Saturday, November 24, 2012

Easy, Catman--You Are Delirious!

"No one wants to be Peter Criss—not even Peter Criss!"—Peter Griffin ("Family Guy")

The rotund one from Quahog may well be right...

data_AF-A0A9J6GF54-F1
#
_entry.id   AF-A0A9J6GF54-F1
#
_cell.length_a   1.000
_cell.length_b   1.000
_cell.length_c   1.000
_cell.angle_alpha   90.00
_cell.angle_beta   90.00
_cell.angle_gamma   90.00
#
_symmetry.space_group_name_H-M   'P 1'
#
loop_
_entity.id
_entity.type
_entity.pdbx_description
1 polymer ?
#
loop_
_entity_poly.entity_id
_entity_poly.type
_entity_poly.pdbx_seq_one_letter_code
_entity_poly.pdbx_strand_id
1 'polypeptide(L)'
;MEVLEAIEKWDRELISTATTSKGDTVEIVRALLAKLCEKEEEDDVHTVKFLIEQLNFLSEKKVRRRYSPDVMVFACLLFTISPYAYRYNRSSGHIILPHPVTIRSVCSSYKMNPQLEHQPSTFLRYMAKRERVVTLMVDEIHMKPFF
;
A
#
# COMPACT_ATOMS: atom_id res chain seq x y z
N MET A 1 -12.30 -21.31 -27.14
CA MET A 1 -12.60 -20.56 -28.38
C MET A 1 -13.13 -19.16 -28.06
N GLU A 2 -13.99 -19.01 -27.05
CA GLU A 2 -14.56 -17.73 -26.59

Time for yet another review of a Rock star autobiography book that I’ve completed reading. These things are becoming a bit of an addiction for me, and this latest tell-all manifesto comes from George Peter John Criscoula, better known to most humanoids as Peter Criss of Kiss and his new book, the cleverly-titled Makeup To Breakup-My Life In And Out Of Kiss.  Kitty-Cat is the third original member of Kiss to chronicle his life in a book, with Gene Simmons and Ace Frehley preceding him and Paul Stanley remaining the lone holdout (although word has it that the Starchild is currently working on one as well). As with Frehley’s book No Regrets last year, I looked forward very much to hearing what Mr. Criscoula had to say after lo, these many years of rancor, vitriol and invective hurled between the two factions of the original Kiss foursome (Simmons/Stanley vs. Frehley/Criss), which at times seems reminiscent of the Israelis vs. the Palestinians. Up ‘till now I’ve always been rather sympathetic towards Peter, and have often defended unfair criticism of him on Internet forums and such, but I came away very disappointed after reading his book. Criss comes off as a cross (Criss-cross?) between a persecuted martyr and a whiny jerk. Peter, my friend, love ya to death, and I realize you have a boatload of pent-up unresolved bitterness—much of it totally justified—but then again, many of your personal problems were of your own doing, both before and after you left Kiss. For a guy who seemingly once had it all, lost it all, then got it all back again, there’s a bit too much "woe is me" in these pages for my liking. After reading this, I could only come to the conclusion that the Catman is one big pussy. (Sorry!)